In the 21st century, the only truly Open content is that which is easily discoverable (that is, well web-indexed) and readily propagated (that is, easily reproducible). The intitative for Open Access to Research Content provides for better visibility of scientific and educational knowledge through simple and robust web and paper publishing and populazation models.
The concept of Open Access is endemic to Abrahamic religious, European civilizational and scientific traditions.
The need to provide reproducible, verifiable and refutable discourses dominated in Judaism and Christianity and endowed with exemplary status some corpuses of their content: primary (writings) and derivative (commentaries and commentaries on commentaries). It came into general use that the access to these bodies of writings should be free and universal.
In the Middle East, medieval Islamic thought established similar prerogative of direct access with respect to the received texts.
In the XVI c., European Christianity instituted the sovereignty of the Bible for religious purposes and imposed it through the printing technology. The culture of unlimited access has then contributed to the advent of the positivist science in the XIX—XX cc.
I have always militated for the Bible and educational content being Openly Accessible in national languages. "So that every ordinary person and a citizen, through reading or listening, could understand what is needed for their spiritual fulfillment."
Francysk Skaryna, PhD
Bible translator, first Belarusian—Russian—Ukrainian bookprinter
The Institute for Biblical Content is an international consortium of specialists in ancient and modern linguistics, religious studies, archeology and textual criticism. Originally refered to as “Summer Institute of Biblical Studies”, the Institute has been held as a scientific summer school since the mid 1990s in different locations around the world. The formalization as a stable entity took place in 2003 and the Open Access orientation has been articulated since 2012.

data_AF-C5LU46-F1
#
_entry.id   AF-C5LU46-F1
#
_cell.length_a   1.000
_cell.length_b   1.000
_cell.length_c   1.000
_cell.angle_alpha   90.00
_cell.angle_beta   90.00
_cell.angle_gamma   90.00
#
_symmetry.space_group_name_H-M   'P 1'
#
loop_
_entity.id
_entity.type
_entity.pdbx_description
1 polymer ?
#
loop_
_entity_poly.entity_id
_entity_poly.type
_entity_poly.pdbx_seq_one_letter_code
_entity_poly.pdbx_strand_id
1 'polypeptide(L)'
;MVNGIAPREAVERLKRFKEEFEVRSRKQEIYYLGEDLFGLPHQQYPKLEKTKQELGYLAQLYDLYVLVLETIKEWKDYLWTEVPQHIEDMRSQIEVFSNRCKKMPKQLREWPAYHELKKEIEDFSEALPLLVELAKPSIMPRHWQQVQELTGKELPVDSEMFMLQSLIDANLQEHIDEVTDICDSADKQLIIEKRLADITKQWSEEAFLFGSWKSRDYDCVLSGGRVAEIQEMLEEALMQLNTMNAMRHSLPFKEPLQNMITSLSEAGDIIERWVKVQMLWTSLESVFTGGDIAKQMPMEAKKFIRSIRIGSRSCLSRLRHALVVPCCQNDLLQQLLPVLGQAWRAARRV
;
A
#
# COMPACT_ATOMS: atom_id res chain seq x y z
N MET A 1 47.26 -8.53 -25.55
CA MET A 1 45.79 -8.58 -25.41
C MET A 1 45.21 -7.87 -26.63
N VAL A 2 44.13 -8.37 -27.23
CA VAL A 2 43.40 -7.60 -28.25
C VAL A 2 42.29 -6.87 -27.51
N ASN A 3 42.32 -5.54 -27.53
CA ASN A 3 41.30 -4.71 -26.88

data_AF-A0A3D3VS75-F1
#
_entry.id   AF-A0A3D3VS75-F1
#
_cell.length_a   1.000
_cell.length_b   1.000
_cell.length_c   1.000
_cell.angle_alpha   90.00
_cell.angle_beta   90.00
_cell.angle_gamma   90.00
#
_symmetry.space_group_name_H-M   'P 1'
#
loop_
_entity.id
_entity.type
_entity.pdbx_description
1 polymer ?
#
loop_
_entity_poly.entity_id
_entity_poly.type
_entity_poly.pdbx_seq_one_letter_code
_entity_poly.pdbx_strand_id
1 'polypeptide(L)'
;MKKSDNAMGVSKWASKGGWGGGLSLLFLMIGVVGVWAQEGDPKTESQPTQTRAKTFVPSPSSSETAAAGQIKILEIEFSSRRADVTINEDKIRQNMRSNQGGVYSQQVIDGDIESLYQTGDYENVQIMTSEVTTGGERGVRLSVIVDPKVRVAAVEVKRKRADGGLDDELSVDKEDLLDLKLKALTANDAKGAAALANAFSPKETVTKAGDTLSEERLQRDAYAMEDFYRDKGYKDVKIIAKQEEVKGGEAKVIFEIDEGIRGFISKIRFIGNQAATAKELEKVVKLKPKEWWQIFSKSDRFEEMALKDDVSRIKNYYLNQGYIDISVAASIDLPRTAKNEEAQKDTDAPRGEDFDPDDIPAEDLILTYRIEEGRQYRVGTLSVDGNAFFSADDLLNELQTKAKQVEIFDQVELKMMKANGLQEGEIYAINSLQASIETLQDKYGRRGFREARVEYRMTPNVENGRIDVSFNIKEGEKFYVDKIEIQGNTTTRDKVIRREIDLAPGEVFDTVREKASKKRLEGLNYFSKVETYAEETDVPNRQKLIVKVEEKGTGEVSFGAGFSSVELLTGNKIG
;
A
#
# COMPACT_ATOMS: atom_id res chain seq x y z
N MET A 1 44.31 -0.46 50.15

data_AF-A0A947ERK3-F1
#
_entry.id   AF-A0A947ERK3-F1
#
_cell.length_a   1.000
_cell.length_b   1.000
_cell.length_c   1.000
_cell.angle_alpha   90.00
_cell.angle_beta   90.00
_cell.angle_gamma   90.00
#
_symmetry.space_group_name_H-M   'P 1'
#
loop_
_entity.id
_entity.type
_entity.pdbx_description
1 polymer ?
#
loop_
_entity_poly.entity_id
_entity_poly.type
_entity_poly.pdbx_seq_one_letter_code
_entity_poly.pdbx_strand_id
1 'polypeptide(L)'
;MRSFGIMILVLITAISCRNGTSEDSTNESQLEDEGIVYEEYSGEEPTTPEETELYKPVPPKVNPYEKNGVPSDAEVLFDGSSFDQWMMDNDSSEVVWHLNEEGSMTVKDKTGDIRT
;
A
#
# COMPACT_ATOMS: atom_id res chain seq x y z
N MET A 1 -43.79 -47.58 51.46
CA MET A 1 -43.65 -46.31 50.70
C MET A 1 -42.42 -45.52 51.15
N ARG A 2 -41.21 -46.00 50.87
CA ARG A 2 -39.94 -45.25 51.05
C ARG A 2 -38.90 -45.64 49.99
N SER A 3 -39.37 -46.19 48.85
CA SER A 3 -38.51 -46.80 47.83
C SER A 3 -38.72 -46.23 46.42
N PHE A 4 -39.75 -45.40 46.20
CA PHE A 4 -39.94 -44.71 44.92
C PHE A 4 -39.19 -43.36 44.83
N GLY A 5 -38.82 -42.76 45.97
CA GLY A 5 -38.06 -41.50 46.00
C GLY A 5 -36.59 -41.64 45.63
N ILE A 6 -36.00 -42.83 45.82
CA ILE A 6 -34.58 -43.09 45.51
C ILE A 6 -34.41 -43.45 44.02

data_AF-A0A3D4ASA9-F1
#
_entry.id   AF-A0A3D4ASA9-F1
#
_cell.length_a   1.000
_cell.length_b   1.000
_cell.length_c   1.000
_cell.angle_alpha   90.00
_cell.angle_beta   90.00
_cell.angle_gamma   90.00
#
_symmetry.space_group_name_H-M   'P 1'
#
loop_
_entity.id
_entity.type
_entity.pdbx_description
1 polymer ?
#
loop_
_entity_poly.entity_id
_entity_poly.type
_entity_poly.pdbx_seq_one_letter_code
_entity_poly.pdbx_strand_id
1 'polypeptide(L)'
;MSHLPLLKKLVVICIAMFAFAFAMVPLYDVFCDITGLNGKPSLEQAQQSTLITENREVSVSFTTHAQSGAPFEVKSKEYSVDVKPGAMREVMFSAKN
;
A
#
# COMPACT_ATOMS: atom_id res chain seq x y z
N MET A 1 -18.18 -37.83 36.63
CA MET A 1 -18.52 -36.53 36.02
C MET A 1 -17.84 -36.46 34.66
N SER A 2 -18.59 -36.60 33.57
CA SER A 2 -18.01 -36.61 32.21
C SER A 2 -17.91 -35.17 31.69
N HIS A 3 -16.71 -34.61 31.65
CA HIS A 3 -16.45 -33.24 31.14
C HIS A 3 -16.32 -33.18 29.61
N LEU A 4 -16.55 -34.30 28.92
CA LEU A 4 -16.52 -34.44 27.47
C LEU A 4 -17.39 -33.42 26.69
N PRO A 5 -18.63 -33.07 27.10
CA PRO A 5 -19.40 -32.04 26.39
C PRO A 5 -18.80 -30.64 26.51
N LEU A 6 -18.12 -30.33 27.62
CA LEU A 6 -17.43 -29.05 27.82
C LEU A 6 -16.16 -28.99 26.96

1996 First SIBS, Bratislava
2003 Registration, Paris
2012 OA enrollment, Tokyo
Our activities span worldwide and we engage specialists affiliated with scientific institutions in France, Iran, Australia, Tajikistan, Belarus, Indonesia. The Institute is headquartered in Paris (France).
The Institute constitutes a scientific interest group with regard to the French nomenclature, and as such we do not receive any funding from denominational, or non-, organizations.
However, the French Governmental Services may sporadically contribute to the work of the Institute through a funding grant distributed by the French Development Agency, notably within one of their Open Access actions.
IBC strives to monitor research and communication activities in scientific disciplines adjacent to its sphere of interest. We identify high-quality content and federate researchers in diverse fields of biblical studies.
The Institute maintains a dedicated curated directory of expert resources on the following topics:
- General Biblical Studies
- Hebrew Bible / Early Judaism
- General Hebrew Bible
- Hebrew Bible and Ancient Near East
- New Testament / Early Christianity
- General New Testament
- Gospels, Jesus
- Paul, deutero-Paulines
- Greco-Roman Culture
- Christian Origins and NT Apocrypha
- Textual Criticism, Translation, and Linguistics
- General Textual Criticism
- Old Testament and aNE Textual Criticism
- New Testament and Early Christian Textual Criticism
- Theory and Reception
This nomenclature falls within the scope of the Section 32 of the CNRS, “Ancient and medieval worlds”